“You haven’t included Humanism or atheism in your ‘Faith Map’! Please do so! Please stop pretending we are non-existent and not worth listening to. Please stop assuming that because we lack belief in a god, that we lack an interest in the outside world, compassion or morals. Religion does not own morality or decency. It’s time we were acknowledged, rather than dismissed as an eccentric minority.”

The BBC does have an atheism page (even though atheism is NOT a set religion or belief system) hidden deep within their Religion section.   Humanism and secularism do not feature on its list but are instead ‘relegated’ into being merely types of atheism. If they are to include these ism in their religion site then they should have a place on the map.  If they will not be then the BBC should acknowledge that they are NOT religions, and do so publicly, and then move Atheism from out of its Religion pages and into a non-religious one.  The BBC cannot have things both ways.  This is aside from the fact that while many atheists are also both humanists and secularists, so are people of other faiths. More disturbing is that Mormonism and the Jehovah’s Witnesses have been listed even though they strictly count as dangerous cults.  The BBC list of Religions consists of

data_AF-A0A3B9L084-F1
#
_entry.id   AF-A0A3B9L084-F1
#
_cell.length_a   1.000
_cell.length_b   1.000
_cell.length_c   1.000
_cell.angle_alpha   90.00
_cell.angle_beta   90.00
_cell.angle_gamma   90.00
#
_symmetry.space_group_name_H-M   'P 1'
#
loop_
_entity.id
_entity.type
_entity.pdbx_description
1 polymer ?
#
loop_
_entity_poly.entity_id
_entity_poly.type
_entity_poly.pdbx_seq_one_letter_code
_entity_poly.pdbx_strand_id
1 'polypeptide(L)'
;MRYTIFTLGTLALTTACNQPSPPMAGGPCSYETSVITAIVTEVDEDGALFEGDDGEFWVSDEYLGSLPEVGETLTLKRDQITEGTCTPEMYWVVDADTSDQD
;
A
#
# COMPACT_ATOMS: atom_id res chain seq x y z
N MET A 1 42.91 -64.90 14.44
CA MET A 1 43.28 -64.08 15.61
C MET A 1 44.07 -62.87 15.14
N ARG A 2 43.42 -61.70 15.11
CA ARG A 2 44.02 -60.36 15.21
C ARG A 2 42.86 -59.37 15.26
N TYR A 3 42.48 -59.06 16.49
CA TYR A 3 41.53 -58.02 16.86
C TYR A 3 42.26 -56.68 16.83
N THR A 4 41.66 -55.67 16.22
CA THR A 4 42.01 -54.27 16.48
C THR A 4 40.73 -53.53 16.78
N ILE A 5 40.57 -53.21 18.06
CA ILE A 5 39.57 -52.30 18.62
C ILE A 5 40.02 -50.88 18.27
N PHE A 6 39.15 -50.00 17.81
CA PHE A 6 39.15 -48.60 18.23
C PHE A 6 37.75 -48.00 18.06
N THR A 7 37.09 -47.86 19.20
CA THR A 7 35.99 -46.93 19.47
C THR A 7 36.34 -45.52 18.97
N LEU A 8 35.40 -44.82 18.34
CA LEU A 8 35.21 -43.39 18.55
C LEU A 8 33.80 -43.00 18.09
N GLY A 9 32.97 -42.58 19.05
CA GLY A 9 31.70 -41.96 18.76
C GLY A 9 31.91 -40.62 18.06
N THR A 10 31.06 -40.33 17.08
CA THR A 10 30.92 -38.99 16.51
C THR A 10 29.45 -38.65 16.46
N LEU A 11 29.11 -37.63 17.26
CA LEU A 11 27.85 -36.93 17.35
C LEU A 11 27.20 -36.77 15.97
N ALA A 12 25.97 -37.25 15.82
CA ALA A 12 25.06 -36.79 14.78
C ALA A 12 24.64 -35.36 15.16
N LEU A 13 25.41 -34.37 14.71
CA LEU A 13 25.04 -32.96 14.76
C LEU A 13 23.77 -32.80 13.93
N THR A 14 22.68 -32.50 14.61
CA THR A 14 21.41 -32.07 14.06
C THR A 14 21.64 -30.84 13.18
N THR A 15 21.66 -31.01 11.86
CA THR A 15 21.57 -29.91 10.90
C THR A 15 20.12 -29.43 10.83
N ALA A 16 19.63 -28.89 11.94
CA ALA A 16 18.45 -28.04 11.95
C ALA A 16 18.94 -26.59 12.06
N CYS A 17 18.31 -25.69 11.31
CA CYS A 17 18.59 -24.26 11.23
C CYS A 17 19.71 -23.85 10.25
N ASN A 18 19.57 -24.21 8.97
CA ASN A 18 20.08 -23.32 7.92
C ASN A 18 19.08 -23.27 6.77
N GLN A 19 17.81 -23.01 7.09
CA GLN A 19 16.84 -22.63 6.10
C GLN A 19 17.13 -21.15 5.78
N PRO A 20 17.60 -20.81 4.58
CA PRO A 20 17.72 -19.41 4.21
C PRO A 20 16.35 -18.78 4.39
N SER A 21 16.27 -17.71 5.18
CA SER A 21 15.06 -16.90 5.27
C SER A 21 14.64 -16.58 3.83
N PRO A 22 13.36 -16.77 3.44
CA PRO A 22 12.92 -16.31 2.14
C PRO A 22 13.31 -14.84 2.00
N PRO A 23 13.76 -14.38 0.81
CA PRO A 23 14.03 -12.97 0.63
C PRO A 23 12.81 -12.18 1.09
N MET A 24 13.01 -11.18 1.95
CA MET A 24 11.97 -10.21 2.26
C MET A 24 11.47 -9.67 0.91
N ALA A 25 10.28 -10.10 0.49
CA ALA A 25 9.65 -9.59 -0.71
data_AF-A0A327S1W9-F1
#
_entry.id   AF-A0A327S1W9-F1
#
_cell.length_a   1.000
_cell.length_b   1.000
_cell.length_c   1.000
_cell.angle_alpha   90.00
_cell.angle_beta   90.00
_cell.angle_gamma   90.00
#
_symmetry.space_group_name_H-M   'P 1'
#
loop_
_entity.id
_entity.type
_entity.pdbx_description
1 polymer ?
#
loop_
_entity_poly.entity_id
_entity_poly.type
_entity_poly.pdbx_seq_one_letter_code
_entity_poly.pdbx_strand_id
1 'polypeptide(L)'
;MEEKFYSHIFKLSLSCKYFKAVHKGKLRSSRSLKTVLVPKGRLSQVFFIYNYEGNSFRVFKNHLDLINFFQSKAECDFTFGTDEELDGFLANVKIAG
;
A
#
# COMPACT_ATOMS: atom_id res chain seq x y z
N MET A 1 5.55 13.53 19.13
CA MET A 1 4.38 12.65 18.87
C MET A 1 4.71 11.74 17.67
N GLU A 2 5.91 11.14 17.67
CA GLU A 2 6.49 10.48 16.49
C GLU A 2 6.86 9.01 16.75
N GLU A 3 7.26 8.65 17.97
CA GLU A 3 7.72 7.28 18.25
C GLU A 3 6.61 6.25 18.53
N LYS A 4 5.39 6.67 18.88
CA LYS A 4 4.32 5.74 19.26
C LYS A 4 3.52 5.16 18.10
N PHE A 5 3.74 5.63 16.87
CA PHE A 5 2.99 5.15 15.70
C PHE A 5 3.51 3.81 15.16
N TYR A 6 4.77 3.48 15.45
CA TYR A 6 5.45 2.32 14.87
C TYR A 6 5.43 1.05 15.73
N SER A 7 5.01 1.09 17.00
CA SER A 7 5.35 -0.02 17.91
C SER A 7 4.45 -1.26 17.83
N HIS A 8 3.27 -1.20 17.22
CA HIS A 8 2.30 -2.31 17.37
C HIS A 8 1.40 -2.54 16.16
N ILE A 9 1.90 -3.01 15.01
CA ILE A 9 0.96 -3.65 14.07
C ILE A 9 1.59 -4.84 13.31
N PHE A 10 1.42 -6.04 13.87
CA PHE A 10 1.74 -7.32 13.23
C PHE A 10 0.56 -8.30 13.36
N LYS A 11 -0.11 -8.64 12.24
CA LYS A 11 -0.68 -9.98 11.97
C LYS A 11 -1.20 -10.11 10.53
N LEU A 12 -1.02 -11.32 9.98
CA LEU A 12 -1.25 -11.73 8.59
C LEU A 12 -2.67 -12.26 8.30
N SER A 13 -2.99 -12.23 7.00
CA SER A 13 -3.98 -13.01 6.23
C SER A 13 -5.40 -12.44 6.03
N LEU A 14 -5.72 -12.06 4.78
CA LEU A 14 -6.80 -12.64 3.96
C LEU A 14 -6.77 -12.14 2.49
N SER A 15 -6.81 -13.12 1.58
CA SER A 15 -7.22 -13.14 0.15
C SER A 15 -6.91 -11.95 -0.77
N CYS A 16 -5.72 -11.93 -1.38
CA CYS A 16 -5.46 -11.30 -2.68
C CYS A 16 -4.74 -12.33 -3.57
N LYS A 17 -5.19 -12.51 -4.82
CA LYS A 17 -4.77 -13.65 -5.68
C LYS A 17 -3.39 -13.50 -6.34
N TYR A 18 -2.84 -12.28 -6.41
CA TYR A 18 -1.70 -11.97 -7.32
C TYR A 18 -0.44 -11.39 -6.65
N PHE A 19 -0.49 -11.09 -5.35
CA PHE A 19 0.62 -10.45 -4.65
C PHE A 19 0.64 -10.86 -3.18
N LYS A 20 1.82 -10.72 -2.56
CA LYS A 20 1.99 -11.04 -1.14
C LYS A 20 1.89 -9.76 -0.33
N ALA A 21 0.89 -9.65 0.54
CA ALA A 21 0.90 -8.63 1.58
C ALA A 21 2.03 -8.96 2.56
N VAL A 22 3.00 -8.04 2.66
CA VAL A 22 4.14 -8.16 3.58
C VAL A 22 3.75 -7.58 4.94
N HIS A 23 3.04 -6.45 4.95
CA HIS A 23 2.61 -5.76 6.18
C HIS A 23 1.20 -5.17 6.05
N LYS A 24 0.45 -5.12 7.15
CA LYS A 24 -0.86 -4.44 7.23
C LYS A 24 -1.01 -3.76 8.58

According to the BBC ‘most’ atheists will concede there are some good things about religion, such as:

  • Religious art and music (Nothing to do with commissioned work then, no?)
  • Religious charities and good works (do NOT and will never atone for or negate more than a millennia of violence, persecution or bloodshed in its name that continues to this day.)
  • Much religious wisdom and scripture (Um, where?)
  • Human fellowship and togetherness (which is exclusive to those of the same faith and beliefs.  Others are to be converted, avoided or (in the case of Islam) eliminated from the earth)